Today, July 14, is Bastille Day: the date when the French people celebrate their Revolution.
Or should I say, the date when some French people celebrate the Revolution, while others mourn the orgy of mob violence that it unleashed. At first, leaders in the newly independent United States welcomed the ouster of another king; later they recoiled at the senseless bloodshed, the headlong rush into another form of tyranny, the relentless use of the guillotine to eliminate political opposition. (In Paris the guillotine was set up at a site called the Place de la Concorde: an early indication of how totalitarians justify killing as a means of securing peace.)
But this year Bastille Day comes as Americans are living through a paroxysm of mob violence. And as in France in 1789, the mobs can look to intellectuals for justification. The Washington Post, for instance, today carries a column by Zara Anishanslin, a history professor who is anxious to tell us: “The American Revolution was violent and the destruction of property was critical to both American protest and military campaigns during the Revolution.” In case you miss the point, she later adds:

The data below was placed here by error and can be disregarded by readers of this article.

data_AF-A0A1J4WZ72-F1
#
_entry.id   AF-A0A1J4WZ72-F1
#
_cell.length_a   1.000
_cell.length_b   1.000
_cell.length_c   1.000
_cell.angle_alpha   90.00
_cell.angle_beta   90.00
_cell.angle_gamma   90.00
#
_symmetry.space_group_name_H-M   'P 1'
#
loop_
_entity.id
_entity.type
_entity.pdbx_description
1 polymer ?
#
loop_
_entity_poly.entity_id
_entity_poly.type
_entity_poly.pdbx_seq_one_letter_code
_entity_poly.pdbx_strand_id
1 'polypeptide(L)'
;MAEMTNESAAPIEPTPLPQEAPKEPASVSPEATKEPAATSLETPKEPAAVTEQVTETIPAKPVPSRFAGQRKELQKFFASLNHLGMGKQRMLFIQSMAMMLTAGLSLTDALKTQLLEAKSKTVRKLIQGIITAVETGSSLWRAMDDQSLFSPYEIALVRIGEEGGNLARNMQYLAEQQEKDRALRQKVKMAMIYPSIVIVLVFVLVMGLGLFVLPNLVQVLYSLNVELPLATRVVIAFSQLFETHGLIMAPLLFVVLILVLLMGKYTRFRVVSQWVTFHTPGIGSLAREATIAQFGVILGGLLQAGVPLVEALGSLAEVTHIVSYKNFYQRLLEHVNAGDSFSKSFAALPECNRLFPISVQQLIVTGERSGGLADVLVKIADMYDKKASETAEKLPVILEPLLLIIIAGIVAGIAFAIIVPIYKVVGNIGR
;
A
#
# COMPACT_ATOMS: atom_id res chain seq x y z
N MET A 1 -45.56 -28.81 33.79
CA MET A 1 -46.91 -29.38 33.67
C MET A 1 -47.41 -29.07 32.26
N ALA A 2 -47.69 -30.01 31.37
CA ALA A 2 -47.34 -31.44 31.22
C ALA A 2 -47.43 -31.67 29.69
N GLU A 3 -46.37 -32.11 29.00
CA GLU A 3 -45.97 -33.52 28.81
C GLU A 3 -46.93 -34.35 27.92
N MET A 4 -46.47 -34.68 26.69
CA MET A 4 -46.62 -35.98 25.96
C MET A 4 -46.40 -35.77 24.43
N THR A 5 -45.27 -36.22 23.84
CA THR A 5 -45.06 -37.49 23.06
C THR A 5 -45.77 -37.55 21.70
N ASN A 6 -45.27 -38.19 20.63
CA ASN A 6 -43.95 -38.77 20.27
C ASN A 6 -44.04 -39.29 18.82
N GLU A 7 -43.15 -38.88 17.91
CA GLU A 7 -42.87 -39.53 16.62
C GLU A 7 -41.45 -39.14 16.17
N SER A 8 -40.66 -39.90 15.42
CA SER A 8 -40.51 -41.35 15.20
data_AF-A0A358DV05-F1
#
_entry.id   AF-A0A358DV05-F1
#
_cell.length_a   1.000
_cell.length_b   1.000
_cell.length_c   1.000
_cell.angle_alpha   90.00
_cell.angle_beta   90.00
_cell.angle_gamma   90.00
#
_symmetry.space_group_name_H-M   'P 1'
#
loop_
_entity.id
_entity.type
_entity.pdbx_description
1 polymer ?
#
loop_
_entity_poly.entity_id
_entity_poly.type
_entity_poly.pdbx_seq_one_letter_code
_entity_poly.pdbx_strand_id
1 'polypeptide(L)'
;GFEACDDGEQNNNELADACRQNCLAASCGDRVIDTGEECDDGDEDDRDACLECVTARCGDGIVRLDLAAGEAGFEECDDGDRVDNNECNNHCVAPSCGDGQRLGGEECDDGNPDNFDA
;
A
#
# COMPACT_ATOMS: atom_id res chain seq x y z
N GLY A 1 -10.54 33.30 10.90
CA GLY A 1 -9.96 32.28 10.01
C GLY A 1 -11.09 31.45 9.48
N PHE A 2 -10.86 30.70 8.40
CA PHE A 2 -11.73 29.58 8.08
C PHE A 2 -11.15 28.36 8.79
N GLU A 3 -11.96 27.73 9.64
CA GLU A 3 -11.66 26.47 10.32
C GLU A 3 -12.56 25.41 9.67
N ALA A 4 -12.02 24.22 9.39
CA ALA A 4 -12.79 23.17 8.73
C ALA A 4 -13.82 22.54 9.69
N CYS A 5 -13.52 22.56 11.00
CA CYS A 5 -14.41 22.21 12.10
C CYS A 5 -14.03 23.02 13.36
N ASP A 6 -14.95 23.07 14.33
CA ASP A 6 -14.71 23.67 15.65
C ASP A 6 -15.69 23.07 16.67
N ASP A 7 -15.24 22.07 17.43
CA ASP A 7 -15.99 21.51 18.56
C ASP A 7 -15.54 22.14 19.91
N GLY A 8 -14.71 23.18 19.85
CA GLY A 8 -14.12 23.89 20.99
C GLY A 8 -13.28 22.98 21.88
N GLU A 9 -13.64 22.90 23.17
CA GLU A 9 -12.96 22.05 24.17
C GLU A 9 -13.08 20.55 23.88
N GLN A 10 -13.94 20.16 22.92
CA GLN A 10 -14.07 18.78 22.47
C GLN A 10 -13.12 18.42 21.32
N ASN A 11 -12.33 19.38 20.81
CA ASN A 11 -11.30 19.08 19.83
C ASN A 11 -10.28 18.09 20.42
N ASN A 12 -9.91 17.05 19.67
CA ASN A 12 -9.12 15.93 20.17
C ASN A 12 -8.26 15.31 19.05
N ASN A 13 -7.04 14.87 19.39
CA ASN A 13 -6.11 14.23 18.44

Whitewashing revolutionary history has long made it easier for those who wish to maintain the status quo to police protests as appropriate only if they are “peaceful.” But since the founding of the United States, political protest has never been entirely peaceful.
Thus the standard-bearers of fashionable liberal opinion blur the distinction between revolution and riot, between symbolic action and malicious destruction. Yes, it’s true that American patriots ruined private property in the Revolutionary era—as, for instance, when the “dumped the tea into the sea in seventeen-hundred and seventy-three.” But they did not demolish whole city blocks; they did not loot stores and burn out neighborhood shopkeepers. That sort of thuggery is the mark of brownshirt bullies, not honest rebels.
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